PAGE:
Presentation on theme: "Contribution of a Professional Development Program for Teachers’ Learning Mónica Baptista; Ana Maria Freire"— Presentation transcript:
Contribution of a Professional Development Program for Teachers’ Learning Mónica Baptista; Ana Maria Freire firstname.lastname@example.org@gmail.com; email@example.com@ie.ul.pt Instituto de Educação Universidade de Lisboa
To describe the contribution of Professional Development Program for teachers’ learning Study aim
PORTUGUESE CURRICULA FOR TEACHING SCIENCE AT MIDDLE SCHOOL Promotion STSE perspective Constructivist focus, values the scientific inquiry approach Preparation for public understanding of science and scientific literacy Assessment as learning Galvão et al.(2002)
N ATIONAL C URRICULA G OALS FOR S CIENCES Development of competences in Subject knowledge (substantive, procedural, epistemological) Reasoning Communication skills Scientific and social attitudes Galvão et al.(2002)
Teachers are often resistant to the implementation of innovative ideas in order to adapt the Curricular Orientation Professional Development Program Collaborative work between Teachers and Researchers Link Practice and Theory
Phase 1 Discussion about Curriculum Orientations, Science teaching and learning, formative assessment Planning and design of inquiry activities Phase 1 Discussion about Curriculum Orientations, Science teaching and learning, formative assessment Planning and design of inquiry activities Phase 3 Data Analysis Reflection about practice Phase 3 Data Analysis Reflection about practice Phase 2 Inquiry activities implementation in the classroom Data Collection Phase 2 Inquiry activities implementation in the classroom Data Collection Collaborative work between Teachers and Researchers Written documents produced by students Audiotapes Focus Group Interviews Written documents produced by students Audiotapes Focus Group Interviews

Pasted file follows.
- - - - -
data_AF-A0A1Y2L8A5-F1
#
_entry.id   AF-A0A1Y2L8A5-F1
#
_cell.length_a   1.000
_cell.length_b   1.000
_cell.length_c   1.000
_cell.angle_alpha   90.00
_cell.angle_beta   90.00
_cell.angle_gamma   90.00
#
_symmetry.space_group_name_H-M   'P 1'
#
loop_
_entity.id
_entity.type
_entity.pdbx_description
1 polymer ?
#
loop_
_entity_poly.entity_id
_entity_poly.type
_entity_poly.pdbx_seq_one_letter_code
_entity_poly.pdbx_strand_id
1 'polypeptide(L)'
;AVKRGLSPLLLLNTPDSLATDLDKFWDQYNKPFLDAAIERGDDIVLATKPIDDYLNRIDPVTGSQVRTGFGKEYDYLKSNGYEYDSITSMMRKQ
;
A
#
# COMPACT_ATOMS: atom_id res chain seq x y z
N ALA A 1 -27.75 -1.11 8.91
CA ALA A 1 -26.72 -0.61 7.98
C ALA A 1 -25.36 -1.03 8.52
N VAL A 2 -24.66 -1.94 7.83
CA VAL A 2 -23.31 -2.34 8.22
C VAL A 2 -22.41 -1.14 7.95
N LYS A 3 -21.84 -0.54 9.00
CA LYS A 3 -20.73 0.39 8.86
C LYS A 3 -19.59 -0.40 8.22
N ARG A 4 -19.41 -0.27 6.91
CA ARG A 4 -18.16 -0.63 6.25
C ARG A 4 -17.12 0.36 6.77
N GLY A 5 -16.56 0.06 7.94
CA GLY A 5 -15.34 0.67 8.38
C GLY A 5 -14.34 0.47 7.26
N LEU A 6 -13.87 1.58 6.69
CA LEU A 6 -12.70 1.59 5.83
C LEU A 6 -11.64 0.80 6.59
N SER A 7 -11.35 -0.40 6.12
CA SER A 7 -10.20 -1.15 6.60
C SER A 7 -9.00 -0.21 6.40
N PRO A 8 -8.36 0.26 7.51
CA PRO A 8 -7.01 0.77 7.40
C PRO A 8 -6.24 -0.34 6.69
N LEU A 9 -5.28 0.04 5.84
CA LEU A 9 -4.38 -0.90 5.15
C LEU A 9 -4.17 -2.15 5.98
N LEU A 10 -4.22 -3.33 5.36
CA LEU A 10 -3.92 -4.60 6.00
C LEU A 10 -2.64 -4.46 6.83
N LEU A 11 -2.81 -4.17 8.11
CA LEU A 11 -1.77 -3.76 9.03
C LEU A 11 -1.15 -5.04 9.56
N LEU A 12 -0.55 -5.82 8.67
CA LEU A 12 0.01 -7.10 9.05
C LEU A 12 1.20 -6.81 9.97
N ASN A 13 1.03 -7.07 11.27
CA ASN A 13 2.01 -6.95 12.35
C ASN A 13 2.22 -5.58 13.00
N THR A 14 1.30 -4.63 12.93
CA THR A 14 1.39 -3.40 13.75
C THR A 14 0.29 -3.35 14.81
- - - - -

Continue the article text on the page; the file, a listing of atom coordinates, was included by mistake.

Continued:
The activities were designed having in mind the notion of situated learning practices and were based on 5E learning cycle (Bybee & Landes, 1988). The 5E learning cycle leads pupils through a sequence consisting on the following phases: engagement, exploration, explanation, elaboration and evaluation.
Electricity Periodic Table Chemical Reactions Sound and Light Astronomy Materials
Methodology Participants Six Physics and Chemistry teachers from schools within the region of Lisbon. They were all females and their ages range from 25 to 47 years old. Two of them are Master’ students in Science Education, one has a Master in Science Education, and another has a Master in Physics for Teaching.
The methodology is qualitative, adopting an interpretative orientation (Erickson, 1986) Methodology Data Collection Interactions among researchers and teachers during the design of inquiry activities, and interviews (Patton, 1990)
Results Phase 1Interpreting the curricular orientations Appling the 5E’s Model Planning open activities Teachers’ role Learners’ role Teaching goals Phase 2Researching while teaching Giving feedback Controlling time Organizing the classroom Managing the teachers’ role Managing the learners’ role Phase 3Reflecting concern their practice Understanding themselves as learners